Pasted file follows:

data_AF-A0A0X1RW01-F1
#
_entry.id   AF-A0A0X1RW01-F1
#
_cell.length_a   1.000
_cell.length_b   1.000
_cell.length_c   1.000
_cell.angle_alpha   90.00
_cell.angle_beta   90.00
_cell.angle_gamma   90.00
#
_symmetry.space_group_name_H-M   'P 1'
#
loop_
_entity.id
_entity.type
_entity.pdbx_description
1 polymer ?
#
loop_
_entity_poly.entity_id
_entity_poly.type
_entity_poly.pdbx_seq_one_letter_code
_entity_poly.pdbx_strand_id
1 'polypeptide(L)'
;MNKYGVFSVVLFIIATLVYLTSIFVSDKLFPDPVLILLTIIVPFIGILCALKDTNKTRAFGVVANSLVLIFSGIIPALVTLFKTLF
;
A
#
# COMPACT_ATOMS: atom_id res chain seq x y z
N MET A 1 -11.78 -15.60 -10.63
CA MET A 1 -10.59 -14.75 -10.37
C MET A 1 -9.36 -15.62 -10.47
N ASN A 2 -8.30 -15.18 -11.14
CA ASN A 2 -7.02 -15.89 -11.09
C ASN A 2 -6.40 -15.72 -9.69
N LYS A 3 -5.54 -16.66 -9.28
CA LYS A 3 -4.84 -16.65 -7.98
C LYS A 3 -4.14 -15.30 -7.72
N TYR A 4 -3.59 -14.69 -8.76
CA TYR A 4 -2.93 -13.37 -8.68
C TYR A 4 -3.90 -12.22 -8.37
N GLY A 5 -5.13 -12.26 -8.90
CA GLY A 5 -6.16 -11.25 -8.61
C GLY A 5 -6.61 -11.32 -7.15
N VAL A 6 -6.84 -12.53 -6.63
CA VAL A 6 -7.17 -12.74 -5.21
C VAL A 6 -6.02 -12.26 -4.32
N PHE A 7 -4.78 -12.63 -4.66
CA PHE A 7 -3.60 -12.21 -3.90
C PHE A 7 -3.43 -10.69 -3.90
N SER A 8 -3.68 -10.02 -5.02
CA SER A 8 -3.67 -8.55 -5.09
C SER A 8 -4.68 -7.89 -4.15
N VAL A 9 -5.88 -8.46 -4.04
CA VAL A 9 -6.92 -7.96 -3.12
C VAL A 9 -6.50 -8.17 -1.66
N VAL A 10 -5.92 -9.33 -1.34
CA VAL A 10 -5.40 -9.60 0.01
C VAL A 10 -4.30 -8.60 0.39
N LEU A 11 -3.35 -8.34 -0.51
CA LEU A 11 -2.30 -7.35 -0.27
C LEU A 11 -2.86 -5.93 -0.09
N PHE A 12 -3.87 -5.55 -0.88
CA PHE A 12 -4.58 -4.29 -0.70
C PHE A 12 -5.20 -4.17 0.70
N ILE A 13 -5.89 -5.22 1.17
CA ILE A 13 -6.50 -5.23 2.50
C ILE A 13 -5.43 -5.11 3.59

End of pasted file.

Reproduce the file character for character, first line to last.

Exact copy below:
data_AF-A0A0X1RW01-F1
#
_entry.id   AF-A0A0X1RW01-F1
#
_cell.length_a   1.000
_cell.length_b   1.000
_cell.length_c   1.000
_cell.angle_alpha   90.00
_cell.angle_beta   90.00
_cell.angle_gamma   90.00
#
_symmetry.space_group_name_H-M   'P 1'
#
loop_
_entity.id
_entity.type
_entity.pdbx_description
1 polymer ?
#
loop_
_entity_poly.entity_id
_entity_poly.type
_entity_poly.pdbx_seq_one_letter_code
_entity_poly.pdbx_strand_id
1 'polypeptide(L)'
;MNKYGVFSVVLFIIATLVYLTSIFVSDKLFPDPVLILLTIIVPFIGILCALKDTNKTRAFGVVANSLVLIFSGIIPALVTLFKTLF
;
A
#
# COMPACT_ATOMS: atom_id res chain seq x y z
N MET A 1 -11.78 -15.60 -10.63
CA MET A 1 -10.59 -14.75 -10.37
C MET A 1 -9.36 -15.62 -10.47
N ASN A 2 -8.30 -15.18 -11.14
CA ASN A 2 -7.02 -15.89 -11.09
C ASN A 2 -6.40 -15.72 -9.69
N LYS A 3 -5.54 -16.66 -9.28
CA LYS A 3 -4.84 -16.65 -7.98
C LYS A 3 -4.14 -15.30 -7.72
N TYR A 4 -3.59 -14.69 -8.76
CA TYR A 4 -2.93 -13.37 -8.68
C TYR A 4 -3.90 -12.22 -8.37
N GLY A 5 -5.13 -12.26 -8.90
CA GLY A 5 -6.16 -11.25 -8.61
C GLY A 5 -6.61 -11.32 -7.15
N VAL A 6 -6.84 -12.53 -6.63
CA VAL A 6 -7.17 -12.74 -5.21
C VAL A 6 -6.02 -12.26 -4.32
N PHE A 7 -4.78 -12.63 -4.66
CA PHE A 7 -3.60 -12.21 -3.90
C PHE A 7 -3.43 -10.69 -3.90
N SER A 8 -3.68 -10.02 -5.02
CA SER A 8 -3.67 -8.55 -5.09
C SER A 8 -4.68 -7.89 -4.15
N VAL A 9 -5.88 -8.46 -4.04
CA VAL A 9 -6.92 -7.96 -3.12
C VAL A 9 -6.50 -8.17 -1.66
N VAL A 10 -5.92 -9.33 -1.34
CA VAL A 10 -5.40 -9.60 0.01
C VAL A 10 -4.30 -8.60 0.39
N LEU A 11 -3.35 -8.34 -0.51
CA LEU A 11 -2.30 -7.35 -0.27
C LEU A 11 -2.86 -5.93 -0.09
N PHE A 12 -3.87 -5.55 -0.88
CA PHE A 12 -4.58 -4.29 -0.70
C PHE A 12 -5.20 -4.17 0.70
N ILE A 13 -5.89 -5.22 1.17
CA ILE A 13 -6.50 -5.23 2.50
C ILE A 13 -5.43 -5.11 3.59